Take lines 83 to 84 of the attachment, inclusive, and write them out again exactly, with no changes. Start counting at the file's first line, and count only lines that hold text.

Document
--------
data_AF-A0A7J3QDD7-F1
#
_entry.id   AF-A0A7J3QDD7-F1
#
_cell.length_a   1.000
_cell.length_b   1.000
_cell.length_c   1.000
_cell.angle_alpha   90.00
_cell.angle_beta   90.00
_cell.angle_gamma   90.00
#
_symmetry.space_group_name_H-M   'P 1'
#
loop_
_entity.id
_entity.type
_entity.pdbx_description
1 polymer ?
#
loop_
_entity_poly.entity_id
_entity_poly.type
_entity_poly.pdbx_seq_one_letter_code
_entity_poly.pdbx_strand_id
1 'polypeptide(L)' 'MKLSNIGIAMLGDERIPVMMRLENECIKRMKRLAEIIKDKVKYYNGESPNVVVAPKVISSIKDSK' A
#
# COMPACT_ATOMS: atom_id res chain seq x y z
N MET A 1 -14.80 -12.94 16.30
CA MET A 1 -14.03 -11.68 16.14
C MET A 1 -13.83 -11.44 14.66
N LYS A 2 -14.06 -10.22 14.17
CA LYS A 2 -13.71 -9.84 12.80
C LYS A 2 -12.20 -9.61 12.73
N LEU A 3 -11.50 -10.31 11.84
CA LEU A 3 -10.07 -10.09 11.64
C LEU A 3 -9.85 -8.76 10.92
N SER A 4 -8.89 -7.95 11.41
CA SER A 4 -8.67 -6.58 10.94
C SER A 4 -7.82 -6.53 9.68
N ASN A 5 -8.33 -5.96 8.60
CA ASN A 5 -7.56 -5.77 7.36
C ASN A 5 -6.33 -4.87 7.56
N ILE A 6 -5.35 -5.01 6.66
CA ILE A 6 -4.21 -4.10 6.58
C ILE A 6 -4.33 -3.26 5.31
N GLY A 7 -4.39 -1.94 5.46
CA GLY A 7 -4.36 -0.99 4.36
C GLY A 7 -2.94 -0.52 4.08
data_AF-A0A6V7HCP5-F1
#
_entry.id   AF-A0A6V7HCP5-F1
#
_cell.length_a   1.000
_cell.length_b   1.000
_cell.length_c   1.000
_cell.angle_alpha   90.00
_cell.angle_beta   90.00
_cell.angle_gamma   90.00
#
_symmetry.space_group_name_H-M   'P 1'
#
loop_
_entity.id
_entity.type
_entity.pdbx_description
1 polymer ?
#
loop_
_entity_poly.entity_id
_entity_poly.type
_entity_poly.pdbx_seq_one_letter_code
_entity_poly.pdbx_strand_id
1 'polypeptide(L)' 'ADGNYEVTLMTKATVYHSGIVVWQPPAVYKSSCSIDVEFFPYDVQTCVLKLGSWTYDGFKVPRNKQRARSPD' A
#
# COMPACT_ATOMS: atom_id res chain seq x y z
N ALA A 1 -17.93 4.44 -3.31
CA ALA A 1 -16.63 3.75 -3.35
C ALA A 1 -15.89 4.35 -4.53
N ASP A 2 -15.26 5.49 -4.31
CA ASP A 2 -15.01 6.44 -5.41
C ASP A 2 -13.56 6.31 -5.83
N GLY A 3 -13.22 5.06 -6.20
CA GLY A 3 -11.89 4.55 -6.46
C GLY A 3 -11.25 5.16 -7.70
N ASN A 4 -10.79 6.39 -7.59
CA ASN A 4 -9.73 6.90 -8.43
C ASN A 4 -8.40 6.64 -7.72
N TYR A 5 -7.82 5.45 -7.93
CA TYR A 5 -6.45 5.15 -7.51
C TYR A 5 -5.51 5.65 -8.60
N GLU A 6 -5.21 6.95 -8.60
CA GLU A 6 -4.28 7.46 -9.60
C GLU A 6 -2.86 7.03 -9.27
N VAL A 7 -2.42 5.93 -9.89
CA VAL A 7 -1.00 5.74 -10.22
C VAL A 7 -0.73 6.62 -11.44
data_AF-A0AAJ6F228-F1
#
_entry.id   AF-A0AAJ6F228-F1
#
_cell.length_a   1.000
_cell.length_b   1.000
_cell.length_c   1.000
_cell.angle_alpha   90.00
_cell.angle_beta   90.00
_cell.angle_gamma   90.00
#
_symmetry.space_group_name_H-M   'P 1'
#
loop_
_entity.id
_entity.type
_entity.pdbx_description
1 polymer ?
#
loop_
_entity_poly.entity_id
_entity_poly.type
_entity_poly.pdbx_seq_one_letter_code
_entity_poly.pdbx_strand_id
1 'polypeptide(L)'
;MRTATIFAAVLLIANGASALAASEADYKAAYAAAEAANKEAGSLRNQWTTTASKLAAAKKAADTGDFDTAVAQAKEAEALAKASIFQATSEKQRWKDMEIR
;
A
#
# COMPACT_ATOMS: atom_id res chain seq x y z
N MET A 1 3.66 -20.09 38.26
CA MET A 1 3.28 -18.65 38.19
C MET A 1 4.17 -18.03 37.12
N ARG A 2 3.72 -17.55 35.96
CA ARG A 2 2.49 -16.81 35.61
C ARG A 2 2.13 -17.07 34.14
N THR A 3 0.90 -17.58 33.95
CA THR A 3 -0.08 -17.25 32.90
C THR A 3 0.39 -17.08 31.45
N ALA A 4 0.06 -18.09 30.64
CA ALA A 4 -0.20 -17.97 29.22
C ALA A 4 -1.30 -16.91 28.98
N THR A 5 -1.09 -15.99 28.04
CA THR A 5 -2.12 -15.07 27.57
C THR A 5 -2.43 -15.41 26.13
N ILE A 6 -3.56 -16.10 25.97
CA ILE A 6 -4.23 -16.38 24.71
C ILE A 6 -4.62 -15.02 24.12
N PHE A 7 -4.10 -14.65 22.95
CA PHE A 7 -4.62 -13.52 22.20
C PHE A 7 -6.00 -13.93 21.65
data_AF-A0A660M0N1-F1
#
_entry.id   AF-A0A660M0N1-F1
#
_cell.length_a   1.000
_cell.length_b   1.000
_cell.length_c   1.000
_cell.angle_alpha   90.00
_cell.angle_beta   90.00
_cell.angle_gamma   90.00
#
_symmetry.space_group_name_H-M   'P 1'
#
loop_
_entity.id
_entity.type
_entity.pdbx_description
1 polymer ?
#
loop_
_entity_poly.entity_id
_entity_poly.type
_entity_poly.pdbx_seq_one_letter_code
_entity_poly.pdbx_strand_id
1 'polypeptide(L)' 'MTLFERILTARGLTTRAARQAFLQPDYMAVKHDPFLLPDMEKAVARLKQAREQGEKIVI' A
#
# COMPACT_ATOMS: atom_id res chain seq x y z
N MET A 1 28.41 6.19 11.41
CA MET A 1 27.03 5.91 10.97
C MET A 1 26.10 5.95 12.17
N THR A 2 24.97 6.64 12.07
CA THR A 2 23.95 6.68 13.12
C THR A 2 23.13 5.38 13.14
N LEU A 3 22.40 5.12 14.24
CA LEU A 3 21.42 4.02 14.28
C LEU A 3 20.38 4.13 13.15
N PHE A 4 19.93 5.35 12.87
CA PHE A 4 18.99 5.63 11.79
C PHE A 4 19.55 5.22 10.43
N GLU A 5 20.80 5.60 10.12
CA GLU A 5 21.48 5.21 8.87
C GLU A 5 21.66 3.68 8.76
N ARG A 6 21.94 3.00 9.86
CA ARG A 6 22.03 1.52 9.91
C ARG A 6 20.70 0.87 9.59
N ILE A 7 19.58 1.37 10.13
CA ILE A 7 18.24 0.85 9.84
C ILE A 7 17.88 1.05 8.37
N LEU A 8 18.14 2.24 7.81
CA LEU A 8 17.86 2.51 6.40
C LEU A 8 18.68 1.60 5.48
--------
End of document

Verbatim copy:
CA GLY A 3 -11.89 4.55 -6.46
C GLY A 3 -11.25 5.16 -7.70